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Teshuvah, or Repentance

The High Holidays provide a special opportunity to repent.

In the Jewish tradition, repentance is called teshuvah, a Hebrew word translated as “returning.” One of the Hebrew words for sin is chet, which in Hebrew means “to go astray.” Thus the idea of repentance in Jewish thought is a return to the path of righteousness.

Teshuvah can be done at any time, but the High Holiday season, and Yom Kippur especially, is considered an especially auspicious time for it. The process of repentance, as laid out by Maimonides, includes three stages: confession, regret and a vow not to repeat the misdeed. The true penitent, Maimonides says, is the one who finds himself with the opportunity to commit the same sin again yet declines to do so. Prayer, charity and fasting are also said to help one win forgiveness.

There are two categories of sin in Jewish thought:

  1. Sins against God: Ritual infractions, such as breaking the Sabbath or eating non-kosher food.
  2. Sins against other people: Acts such as theft or slander.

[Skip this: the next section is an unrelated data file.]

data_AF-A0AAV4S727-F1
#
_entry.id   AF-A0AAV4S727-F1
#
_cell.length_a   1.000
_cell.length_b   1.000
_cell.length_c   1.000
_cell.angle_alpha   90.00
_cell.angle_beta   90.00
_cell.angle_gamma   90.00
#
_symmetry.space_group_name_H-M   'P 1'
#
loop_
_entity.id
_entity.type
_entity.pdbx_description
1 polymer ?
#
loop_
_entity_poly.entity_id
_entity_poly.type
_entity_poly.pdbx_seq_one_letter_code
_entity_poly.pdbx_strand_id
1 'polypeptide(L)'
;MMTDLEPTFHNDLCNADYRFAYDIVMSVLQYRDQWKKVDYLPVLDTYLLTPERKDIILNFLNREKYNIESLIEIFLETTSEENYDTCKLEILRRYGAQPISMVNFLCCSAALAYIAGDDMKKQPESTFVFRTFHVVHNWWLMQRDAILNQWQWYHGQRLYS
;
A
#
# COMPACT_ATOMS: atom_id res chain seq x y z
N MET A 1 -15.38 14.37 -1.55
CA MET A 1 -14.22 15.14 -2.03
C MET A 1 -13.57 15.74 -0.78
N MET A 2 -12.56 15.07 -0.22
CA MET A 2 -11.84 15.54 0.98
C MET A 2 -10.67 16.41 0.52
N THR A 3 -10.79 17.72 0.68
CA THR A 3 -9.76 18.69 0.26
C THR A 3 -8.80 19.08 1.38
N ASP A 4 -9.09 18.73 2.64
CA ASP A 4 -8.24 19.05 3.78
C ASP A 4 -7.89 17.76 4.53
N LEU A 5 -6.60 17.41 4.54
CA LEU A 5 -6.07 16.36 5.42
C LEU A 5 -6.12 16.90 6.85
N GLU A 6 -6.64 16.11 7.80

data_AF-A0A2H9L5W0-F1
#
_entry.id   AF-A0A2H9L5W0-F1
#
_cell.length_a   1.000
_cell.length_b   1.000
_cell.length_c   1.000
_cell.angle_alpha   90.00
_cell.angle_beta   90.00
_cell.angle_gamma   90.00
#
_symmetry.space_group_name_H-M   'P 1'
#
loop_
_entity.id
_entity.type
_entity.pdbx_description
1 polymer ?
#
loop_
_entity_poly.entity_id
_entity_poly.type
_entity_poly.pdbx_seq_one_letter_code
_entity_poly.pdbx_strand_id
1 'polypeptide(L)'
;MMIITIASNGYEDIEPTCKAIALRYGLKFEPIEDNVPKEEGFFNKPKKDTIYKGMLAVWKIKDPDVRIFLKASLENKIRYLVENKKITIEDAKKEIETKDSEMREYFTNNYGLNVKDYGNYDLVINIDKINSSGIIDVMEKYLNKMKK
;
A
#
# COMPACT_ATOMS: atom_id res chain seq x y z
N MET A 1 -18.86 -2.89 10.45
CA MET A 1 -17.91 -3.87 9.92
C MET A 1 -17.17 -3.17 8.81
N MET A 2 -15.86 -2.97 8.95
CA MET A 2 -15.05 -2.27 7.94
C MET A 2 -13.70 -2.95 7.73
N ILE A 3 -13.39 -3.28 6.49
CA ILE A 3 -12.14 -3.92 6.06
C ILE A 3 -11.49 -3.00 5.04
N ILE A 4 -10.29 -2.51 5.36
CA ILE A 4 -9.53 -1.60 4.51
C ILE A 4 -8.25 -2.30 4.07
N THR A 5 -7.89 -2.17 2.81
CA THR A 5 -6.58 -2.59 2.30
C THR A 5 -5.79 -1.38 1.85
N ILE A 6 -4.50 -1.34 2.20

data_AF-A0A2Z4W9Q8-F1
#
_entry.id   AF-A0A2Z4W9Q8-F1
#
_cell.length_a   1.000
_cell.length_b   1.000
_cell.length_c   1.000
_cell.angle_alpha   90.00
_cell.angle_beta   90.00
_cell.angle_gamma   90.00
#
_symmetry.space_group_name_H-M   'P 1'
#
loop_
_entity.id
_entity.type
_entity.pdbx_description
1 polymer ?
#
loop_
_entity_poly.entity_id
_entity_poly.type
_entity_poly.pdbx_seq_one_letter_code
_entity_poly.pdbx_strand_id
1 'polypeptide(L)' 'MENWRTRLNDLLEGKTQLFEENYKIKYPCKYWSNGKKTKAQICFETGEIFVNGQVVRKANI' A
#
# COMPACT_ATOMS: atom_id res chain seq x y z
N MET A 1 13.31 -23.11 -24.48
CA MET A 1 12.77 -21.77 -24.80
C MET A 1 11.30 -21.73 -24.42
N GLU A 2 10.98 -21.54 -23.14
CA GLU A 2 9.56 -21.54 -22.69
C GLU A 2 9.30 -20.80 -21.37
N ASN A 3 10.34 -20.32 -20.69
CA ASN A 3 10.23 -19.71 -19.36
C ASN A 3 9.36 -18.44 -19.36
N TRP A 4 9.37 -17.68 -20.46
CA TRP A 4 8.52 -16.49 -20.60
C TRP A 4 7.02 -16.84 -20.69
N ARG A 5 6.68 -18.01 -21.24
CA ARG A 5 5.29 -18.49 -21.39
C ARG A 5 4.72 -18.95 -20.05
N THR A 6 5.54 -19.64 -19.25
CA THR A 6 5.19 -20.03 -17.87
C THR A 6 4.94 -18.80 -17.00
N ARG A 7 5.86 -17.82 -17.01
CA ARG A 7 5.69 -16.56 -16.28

According to Jewish tradition, only sins against God can be atoned for through confession, regret and promising not to repeat the action. Sins against other people can be atoned for only once the wrong has been made right — restitution has been paid for a financial crime, for example, and forgiveness received from the victim.

Below are links to My Jewish Learning articles exploring various aspects of the Jewish process of repentance:

The 10 Days of Repentance
Selichot: Prayers of Repentance
How a Former Catholic Became a Believer and Leader of Collective Jewish Prayers of Repentance
Is Forgiveness Necessary?
The Double Purpose of Yom Kippur
The 5 Factors in Teshuvah (Repentance)
The Link Between Confession and Repentance

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